Enthalpy Change in Reversible, Isothermal Expansion of Ideal Gas

For the reversible isothermal expansion of an ideal gas: $${∆H}={∆U}=0 \tag1$$ This is obvious for the case of internal energy because $${∆U} = \frac {3}{2} n R {∆T} = 0 \tag2$$ and $${∆U} = -C_P n {∆T} = 0 \tag3$$ For the case of enthalpy it is easy to see that $${∆H} = -C_v n {∆T} = 0 \tag4$$ I've also seen $${∆H} = ∆U + ∆(PV) = ∆U + nR{∆T} = 0 \tag5$$ Now for the part I don't understand. $$dH = dU + PdV \tag6$$ $$dH = dU + nRT \frac {dV}{V} \tag7$$ $${∆H} = {∆U} + nRT \ln\frac {V_2}{V_1} \tag8$$ $${∆H} = 0 + nRT \ln\frac {V_2}{V_1} = \ln\frac {V_2}{V_1} ≠ 0\tag9$$ Clearly, it is incorrect to make the substitution $P = nRT/V$ in going from $(6)$ to $(7)$. Why is that? I thought equation $(6)$ was always valid, and integrating such a substitution should account for any change in the variables throughout the process. Why does this not yield the same answer as $(4)$ and $(5)$?

$$H = U + PV \Rightarrow$$

$$dH = dU +PdV + VdP\tag{6}$$

In other words, equation 6 is missing the $VdP$ term.

$$dH = dU + nRT \frac{dV}{V} + nRT \frac{dP}{P}\tag{7}$$

$$\Delta H = \Delta U + nRT \ln\frac{V_2}{V_1} + nRT \ln\frac{P_2}{P_1}\tag{8}$$

$$P_1 V_1 = P_2 V_2 \text{ (isothermal)}$$

$$\Delta H = \Delta U + nRT \left( \ln\frac{V_2}{V_1} + \ln\frac{V_1}{V_2} \right) = \Delta U = 0\tag{9}$$

• I've never seen it written with a $VdP$ term. My book presents it as written in $(6)$ for an ideal gas. Are there certain situations in which $VdP$ must be included, and others where it is acceptable to just use $PdV$? – David Feb 26 '14 at 15:21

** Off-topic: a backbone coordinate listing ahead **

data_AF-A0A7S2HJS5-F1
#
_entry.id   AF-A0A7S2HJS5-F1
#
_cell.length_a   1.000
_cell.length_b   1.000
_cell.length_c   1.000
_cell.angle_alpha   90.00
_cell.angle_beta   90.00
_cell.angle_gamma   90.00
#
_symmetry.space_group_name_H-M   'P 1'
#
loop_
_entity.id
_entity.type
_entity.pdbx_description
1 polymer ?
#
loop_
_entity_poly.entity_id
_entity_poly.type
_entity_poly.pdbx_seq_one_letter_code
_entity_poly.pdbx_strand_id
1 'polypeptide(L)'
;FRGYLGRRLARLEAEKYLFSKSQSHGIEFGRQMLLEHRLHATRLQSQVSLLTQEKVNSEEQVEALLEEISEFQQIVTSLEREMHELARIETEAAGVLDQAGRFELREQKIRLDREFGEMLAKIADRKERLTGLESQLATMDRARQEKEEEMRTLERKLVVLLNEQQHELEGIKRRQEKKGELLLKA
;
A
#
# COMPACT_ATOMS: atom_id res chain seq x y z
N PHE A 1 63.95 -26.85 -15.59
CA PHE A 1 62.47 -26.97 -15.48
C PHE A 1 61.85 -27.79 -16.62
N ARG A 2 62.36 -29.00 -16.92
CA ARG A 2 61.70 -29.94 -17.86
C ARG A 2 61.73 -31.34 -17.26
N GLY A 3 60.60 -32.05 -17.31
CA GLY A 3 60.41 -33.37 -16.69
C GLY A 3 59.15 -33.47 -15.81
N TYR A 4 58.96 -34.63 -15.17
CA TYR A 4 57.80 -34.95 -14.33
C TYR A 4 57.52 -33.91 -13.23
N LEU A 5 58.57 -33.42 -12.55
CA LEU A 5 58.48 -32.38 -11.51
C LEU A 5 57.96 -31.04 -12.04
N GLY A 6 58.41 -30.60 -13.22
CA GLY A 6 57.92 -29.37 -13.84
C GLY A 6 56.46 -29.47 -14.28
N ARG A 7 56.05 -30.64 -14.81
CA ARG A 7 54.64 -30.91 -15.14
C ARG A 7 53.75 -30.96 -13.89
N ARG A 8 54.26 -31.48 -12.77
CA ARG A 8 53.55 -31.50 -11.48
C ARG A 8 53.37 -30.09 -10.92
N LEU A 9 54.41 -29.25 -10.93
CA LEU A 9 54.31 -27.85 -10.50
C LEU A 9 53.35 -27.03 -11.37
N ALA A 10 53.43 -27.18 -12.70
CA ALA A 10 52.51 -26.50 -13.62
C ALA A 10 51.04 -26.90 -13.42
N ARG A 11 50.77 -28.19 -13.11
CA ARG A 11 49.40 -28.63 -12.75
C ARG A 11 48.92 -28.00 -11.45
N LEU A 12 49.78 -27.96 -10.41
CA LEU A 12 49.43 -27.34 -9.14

• Books omit the VdP term for constant pressure situations, because it is zero. All other situations require the VdP term. H = U + PV is by definition. Then, using the product rule for derivatives you immediately obtain dH = dU +PdV + VdP. – DavePhD Feb 26 '14 at 15:27
• In the Carnot cycle, the amount of work done in moving along an isotherm is calculated without the $VdP$ term. In looking at the PV diagram, the pressure isn't constant. How can the term be ignored in such a case then? – David Feb 26 '14 at 15:30
• Is it because P varies as a function of V? Whereas in the situation I described it does not? The situations seem analogous to me, but they are clearly not. – David Feb 26 '14 at 15:32
• H is enthalpy, not work. dW = Fdx = PAdx = PdV, where F is force, x is distantce, A is area. – DavePhD Feb 26 '14 at 15:41

$$PV =nRT$$ So, for constant temperature, $dU=0$.

So, $H=PV$

The term $PV = 0$, so h= Because pv=constant

protected by AccidentalFourierTransformAug 11 '18 at 13:55

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